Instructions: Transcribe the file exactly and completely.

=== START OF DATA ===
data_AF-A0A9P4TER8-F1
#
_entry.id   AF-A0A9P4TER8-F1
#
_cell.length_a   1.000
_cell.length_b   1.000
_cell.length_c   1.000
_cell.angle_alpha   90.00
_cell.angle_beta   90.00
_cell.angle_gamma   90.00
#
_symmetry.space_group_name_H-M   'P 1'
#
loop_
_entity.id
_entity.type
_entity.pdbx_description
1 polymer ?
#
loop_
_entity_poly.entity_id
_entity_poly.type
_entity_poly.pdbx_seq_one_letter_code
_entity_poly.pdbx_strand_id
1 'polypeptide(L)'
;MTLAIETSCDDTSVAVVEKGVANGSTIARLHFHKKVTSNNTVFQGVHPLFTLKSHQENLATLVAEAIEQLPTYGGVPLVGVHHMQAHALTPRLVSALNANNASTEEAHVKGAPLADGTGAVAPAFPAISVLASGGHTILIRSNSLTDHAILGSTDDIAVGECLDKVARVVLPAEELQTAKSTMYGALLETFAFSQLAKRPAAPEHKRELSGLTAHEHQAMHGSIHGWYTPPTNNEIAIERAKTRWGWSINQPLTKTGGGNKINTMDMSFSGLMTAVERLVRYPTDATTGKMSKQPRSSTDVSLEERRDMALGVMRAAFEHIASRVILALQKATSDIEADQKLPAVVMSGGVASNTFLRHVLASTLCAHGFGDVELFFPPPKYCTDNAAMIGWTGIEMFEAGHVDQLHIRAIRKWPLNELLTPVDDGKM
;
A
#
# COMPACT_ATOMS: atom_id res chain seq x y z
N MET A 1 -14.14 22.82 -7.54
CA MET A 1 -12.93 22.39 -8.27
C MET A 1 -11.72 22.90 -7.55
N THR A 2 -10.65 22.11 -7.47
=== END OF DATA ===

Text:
data_AF-A0A9P4TER8-F1
#
_entry.id   AF-A0A9P4TER8-F1
#
_cell.length_a   1.000
_cell.length_b   1.000
_cell.length_c   1.000
_cell.angle_alpha   90.00
_cell.angle_beta   90.00
_cell.angle_gamma   90.00
#
_symmetry.space_group_name_H-M   'P 1'
#
loop_
_entity.id
_entity.type
_entity.pdbx_description
1 polymer ?
#
loop_
_entity_poly.entity_id
_entity_poly.type
_entity_poly.pdbx_seq_one_letter_code
_entity_poly.pdbx_strand_id
1 'polypeptide(L)'
;MTLAIETSCDDTSVAVVEKGVANGSTIARLHFHKKVTSNNTVFQGVHPLFTLKSHQENLATLVAEAIEQLPTYGGVPLVGVHHMQAHALTPRLVSALNANNASTEEAHVKGAPLADGTGAVAPAFPAISVLASGGHTILIRSNSLTDHAILGSTDDIAVGECLDKVARVVLPAEELQTAKSTMYGALLETFAFSQLAKRPAAPEHKRELSGLTAHEHQAMHGSIHGWYTPPTNNEIAIERAKTRWGWSINQPLTKTGGGNKINTMDMSFSGLMTAVERLVRYPTDATTGKMSKQPRSSTDVSLEERRDMALGVMRAAFEHIASRVILALQKATSDIEADQKLPAVVMSGGVASNTFLRHVLASTLCAHGFGDVELFFPPPKYCTDNAAMIGWTGIEMFEAGHVDQLHIRAIRKWPLNELLTPVDDGKM
;
A
#
# COMPACT_ATOMS: atom_id res chain seq x y z
N MET A 1 -14.14 22.82 -7.54
CA MET A 1 -12.93 22.39 -8.27
C MET A 1 -11.72 22.90 -7.55
N THR A 2 -10.65 22.11 -7.47